Trump Ally Pushes to Banish Cheney From House GOP Conference
(Bloomberg) -- A leading House conservative and close ally to Donald Trump wants Republicans to oust Liz Cheney from the party amid her public opposition to the former president and her ongoing role in the probe into the Capitol insurrection.
Pennsylvania Representative Scott Perry, chairman of the Freedom Caucus, on Wednesday privately argued to colleagues that Cheney essentially left the GOP when she agreed to join the committee investigating the Jan. 6 riot and condemned Trump and other Republicans, two GOP lawmakers who were in the meeting said.
“The point is we’re going to have a meeting with the leader to talk about it. Hopefully this week,” Perry said after the closed-door meeting, referring to his request to discuss a resolution to banish Cheney with Minority Leader Kevin McCarthy.
Cheney already has been stripped of her position as the No. 3 House Republican leader, but she has remained in the party. The Wyoming state party in November narrowly passed a resolution to no longer recognize her as a member of the GOP.
Perry, who declined a request to be interviewed by the Jan. 6 panel, argued to his colleagues that Cheney and Illinois Republican Adam Kinzinger -- the only other GOP member on the committee -- allow Democrats to claim the committee is bipartisan, lending credence to its work, according to the two lawmakers, who asked for anonymity to talk about the private discussions.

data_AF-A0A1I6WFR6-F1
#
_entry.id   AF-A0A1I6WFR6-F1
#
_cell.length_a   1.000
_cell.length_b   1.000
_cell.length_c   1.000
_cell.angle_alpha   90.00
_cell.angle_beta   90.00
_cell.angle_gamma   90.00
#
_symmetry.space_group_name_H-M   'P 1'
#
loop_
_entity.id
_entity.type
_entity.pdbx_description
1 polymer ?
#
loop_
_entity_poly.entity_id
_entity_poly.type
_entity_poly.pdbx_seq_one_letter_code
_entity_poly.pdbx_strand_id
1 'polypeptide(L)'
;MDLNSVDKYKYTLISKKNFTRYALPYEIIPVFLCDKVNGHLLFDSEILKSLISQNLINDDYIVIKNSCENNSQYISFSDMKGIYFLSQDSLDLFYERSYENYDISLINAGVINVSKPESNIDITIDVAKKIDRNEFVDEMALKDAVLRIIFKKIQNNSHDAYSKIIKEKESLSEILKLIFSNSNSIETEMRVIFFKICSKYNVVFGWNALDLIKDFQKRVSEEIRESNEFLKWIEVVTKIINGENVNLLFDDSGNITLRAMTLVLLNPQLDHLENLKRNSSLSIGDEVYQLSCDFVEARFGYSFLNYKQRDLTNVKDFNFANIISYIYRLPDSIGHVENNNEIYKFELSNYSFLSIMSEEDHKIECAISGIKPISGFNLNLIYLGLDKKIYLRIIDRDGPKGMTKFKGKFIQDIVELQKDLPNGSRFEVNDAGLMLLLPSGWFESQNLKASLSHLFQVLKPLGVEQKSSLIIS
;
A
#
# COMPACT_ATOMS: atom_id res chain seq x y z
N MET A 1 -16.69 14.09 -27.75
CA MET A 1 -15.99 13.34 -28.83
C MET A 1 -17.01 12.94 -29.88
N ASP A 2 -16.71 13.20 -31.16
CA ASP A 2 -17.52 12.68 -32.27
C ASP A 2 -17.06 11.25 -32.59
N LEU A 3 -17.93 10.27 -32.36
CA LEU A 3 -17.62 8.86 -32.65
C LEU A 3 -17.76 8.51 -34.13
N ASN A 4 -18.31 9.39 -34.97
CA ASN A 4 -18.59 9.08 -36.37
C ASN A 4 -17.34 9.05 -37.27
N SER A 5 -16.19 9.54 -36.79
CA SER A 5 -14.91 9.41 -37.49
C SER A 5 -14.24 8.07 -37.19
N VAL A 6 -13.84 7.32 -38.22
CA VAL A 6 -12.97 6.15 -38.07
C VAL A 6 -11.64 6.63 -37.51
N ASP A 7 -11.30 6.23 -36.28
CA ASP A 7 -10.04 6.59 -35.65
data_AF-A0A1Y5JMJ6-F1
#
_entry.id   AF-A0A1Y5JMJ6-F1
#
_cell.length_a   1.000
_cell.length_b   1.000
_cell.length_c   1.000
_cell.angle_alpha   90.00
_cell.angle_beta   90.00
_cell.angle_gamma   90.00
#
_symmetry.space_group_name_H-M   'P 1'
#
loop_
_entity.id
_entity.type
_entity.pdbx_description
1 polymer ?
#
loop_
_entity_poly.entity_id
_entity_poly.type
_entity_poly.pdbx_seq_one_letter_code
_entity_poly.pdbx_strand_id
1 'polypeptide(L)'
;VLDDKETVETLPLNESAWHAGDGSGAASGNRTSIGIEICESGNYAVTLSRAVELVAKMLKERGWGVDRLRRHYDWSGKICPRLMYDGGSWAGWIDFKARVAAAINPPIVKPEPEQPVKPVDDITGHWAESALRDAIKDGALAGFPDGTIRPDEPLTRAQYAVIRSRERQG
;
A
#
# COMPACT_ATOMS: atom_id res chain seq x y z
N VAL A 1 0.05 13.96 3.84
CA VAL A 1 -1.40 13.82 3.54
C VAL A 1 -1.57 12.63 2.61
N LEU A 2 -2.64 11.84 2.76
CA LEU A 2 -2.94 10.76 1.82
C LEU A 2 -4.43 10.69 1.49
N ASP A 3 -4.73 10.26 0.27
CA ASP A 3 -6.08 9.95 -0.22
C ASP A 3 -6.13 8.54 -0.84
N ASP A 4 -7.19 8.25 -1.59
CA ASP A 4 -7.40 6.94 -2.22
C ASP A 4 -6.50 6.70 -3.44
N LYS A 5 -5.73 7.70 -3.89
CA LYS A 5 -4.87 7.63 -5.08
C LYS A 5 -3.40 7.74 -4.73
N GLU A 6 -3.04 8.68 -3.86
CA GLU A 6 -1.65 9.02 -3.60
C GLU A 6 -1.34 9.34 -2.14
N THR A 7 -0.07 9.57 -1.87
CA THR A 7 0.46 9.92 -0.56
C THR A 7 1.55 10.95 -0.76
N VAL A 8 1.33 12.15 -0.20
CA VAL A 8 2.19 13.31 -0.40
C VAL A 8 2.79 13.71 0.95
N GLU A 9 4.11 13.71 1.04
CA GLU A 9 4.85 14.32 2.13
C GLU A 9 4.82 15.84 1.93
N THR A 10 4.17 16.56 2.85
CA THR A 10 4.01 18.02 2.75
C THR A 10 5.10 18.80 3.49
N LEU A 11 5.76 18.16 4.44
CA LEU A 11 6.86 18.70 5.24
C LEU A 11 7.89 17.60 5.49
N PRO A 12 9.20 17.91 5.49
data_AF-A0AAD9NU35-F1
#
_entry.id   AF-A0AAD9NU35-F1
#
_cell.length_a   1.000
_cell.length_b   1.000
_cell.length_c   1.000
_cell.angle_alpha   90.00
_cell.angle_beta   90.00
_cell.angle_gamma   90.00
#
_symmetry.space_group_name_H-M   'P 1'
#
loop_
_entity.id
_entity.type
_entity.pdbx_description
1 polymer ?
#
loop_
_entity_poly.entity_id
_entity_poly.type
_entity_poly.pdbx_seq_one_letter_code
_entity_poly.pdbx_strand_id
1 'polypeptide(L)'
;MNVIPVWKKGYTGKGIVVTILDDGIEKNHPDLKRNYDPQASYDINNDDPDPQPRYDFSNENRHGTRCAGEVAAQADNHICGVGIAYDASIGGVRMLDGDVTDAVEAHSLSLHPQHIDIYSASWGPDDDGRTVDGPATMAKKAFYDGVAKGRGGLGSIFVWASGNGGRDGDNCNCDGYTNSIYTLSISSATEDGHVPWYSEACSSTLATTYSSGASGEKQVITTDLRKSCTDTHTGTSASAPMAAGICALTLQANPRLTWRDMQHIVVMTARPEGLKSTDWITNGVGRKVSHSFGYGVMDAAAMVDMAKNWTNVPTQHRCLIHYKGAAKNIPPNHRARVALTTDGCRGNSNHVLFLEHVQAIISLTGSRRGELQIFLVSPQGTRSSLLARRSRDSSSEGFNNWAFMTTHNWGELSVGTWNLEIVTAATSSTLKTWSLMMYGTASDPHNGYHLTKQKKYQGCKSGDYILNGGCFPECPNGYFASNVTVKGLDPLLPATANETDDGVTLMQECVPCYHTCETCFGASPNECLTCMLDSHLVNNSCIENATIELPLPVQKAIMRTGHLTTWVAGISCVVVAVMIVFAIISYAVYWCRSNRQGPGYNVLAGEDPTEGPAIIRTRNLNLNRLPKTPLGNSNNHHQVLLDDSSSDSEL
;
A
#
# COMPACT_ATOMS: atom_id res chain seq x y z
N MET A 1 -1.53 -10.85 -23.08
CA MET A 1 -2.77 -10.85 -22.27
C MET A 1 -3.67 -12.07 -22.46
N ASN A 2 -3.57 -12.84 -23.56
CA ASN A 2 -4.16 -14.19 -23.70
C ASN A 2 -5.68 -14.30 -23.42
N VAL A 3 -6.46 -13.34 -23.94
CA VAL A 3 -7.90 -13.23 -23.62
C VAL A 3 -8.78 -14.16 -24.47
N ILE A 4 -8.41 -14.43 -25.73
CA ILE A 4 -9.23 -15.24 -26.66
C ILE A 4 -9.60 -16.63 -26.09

It’s not clear whether Perry would also attempt to banish Kinzinger, but the two Republican lawmakers in the meeting said they did not believe Kinzinger would be targeted for ouster from the conference.
Unlike Cheney, Kinzinger has announced he will not run for reelection in November.
“They’ve made their decisions. They’ve effectively left the party,” Perry said after the meeting. “We want to acknowledge in some way they have made the choice to leave the Republican party, condemn the Republican party.”
Cheney spokesman Jonathan Adler said he didn’t know anything about Perry’s efforts. A McCarthy spokesman did not immediately respond.
Perry was the first House lawmaker known to have been asked to testify before the Jan. 6 panel. The committee has since requested interviews with McCarthy and Representative Jim Jordan of Ohio, who have also signaled they will refuse.
The committee had said it wanted to ask about Perry’s involvement in or knowledge of Trump’s efforts to install then-acting Assistant Attorney General Jeffrey Clark as head of the Justice Department to lead that agency in challenging the 2020 presidential election results.
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